I had two short papers accepted on DocEng 2009.
One, co-authored with my French partners Dr. David Picard and Prof. Matthieu Cord, is about the difficult problem of enforcing geometric consistency in vote-counting based CBIR when there are too many outliers — a situation we encounter routinely in our iTowns project. Here’s the title and abstract:
Geometric Consistency Checking for Local-Descriptor Based Document Retrieval — In this paper, we evaluate different geometric consistency schemes, which can be used in tandem with an efficient architecture, based on voting and local descriptors, to retrieve multimedia documents. In many contexts the geometric consistency enforcement is essential to boost the retrieval performance. Our empirical results show however, that geometric consistency alone is unable to guarantee high-quality results in databases that contain too many non-discriminating descriptors.
The other, co-authored with my Brazilian colleagues Flávio Bertholdo and Prof. Arnaldo Araújo, proposes a new method for contrast enhancement in degraded historical documents, which takes into account the structure of the the document:
Layout-Aware Limiarization for Readability Enhancement of Degraded Historical Documents — In this paper we propose a technique of limiarization (also known as thresholding or binarization) tailored to improve the readability of degraded historical documents. Limiarization is a simple image processing technique, which is employed in many complex tasks like image compression, object segmentation and character recognition. The technique also finds applications on itself: since it results in a high-contrast image, in which the foreground is clearly separated from the background, it can greatly improve the readability of a document, provided that other attributes (like character shape) do not suffer. Our technique exploits statistical characteristics of textual documents and applies both global and local thresholding. Under visual inspection on experiments made in a collection of severely degraded historical documents, it compares favorably with the state of the art.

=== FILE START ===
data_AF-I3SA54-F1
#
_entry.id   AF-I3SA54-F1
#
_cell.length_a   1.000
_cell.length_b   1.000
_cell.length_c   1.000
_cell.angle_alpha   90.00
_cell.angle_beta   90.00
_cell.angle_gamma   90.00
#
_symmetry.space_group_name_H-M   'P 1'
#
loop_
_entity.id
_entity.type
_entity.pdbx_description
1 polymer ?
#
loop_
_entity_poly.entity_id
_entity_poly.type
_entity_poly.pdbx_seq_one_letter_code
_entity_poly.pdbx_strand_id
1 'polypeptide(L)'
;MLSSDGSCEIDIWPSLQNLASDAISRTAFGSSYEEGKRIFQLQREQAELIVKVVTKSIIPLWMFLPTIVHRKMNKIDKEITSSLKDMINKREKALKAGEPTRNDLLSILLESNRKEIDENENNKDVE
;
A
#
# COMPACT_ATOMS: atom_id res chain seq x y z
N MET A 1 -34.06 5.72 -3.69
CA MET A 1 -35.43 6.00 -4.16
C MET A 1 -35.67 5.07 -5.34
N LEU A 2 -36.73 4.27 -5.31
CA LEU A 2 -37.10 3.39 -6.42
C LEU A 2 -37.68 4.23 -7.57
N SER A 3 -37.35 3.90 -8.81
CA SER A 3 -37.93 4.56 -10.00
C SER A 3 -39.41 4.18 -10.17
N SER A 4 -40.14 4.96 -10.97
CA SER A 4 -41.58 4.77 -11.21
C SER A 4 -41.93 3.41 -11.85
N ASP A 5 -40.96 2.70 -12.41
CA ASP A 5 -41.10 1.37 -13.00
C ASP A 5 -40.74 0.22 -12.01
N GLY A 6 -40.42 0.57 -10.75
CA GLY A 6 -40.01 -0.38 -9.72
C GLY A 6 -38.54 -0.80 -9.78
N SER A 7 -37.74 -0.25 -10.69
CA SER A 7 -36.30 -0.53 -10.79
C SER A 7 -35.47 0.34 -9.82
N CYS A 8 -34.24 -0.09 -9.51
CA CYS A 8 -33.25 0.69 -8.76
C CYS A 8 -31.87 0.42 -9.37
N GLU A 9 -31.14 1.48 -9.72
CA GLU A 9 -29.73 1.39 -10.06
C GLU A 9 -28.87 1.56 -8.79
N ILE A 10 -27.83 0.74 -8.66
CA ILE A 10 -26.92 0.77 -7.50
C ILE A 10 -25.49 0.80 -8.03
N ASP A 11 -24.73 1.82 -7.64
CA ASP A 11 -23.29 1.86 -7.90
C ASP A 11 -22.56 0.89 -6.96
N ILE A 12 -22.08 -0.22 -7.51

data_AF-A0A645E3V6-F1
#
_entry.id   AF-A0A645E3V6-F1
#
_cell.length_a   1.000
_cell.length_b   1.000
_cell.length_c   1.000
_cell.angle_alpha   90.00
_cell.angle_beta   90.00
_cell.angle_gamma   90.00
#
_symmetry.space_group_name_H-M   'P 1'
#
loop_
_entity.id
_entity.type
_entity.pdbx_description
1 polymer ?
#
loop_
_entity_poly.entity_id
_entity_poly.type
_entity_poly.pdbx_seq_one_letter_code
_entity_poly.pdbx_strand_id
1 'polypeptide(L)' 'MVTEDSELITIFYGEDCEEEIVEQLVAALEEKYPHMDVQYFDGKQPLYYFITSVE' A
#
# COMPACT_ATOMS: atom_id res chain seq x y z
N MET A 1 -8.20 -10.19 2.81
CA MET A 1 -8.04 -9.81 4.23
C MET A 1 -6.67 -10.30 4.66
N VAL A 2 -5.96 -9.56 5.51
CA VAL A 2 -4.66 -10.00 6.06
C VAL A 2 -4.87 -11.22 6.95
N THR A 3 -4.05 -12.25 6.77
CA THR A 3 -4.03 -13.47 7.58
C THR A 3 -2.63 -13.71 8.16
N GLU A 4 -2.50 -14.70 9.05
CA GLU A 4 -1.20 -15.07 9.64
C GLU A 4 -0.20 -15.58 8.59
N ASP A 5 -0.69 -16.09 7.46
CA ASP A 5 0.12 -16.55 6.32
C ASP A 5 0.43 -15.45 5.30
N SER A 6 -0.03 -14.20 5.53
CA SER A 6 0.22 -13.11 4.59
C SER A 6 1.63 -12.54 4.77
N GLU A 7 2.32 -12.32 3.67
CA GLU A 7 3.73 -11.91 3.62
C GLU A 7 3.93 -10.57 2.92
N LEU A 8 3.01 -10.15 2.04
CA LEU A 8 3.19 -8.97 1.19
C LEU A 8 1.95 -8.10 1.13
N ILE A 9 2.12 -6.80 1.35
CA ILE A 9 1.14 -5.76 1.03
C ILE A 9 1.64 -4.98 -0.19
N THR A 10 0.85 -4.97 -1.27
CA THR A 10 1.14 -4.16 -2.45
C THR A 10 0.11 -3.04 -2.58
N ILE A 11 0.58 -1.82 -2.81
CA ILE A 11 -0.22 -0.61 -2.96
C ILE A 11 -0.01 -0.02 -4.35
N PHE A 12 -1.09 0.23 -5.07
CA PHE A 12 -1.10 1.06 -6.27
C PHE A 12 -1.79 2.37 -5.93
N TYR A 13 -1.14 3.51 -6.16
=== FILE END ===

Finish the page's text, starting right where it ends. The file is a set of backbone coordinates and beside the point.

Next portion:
DocEng 2009 will be held in Munich, Germany on September 15–18.
EDIT 23/07: The preprints are now available in my publications page.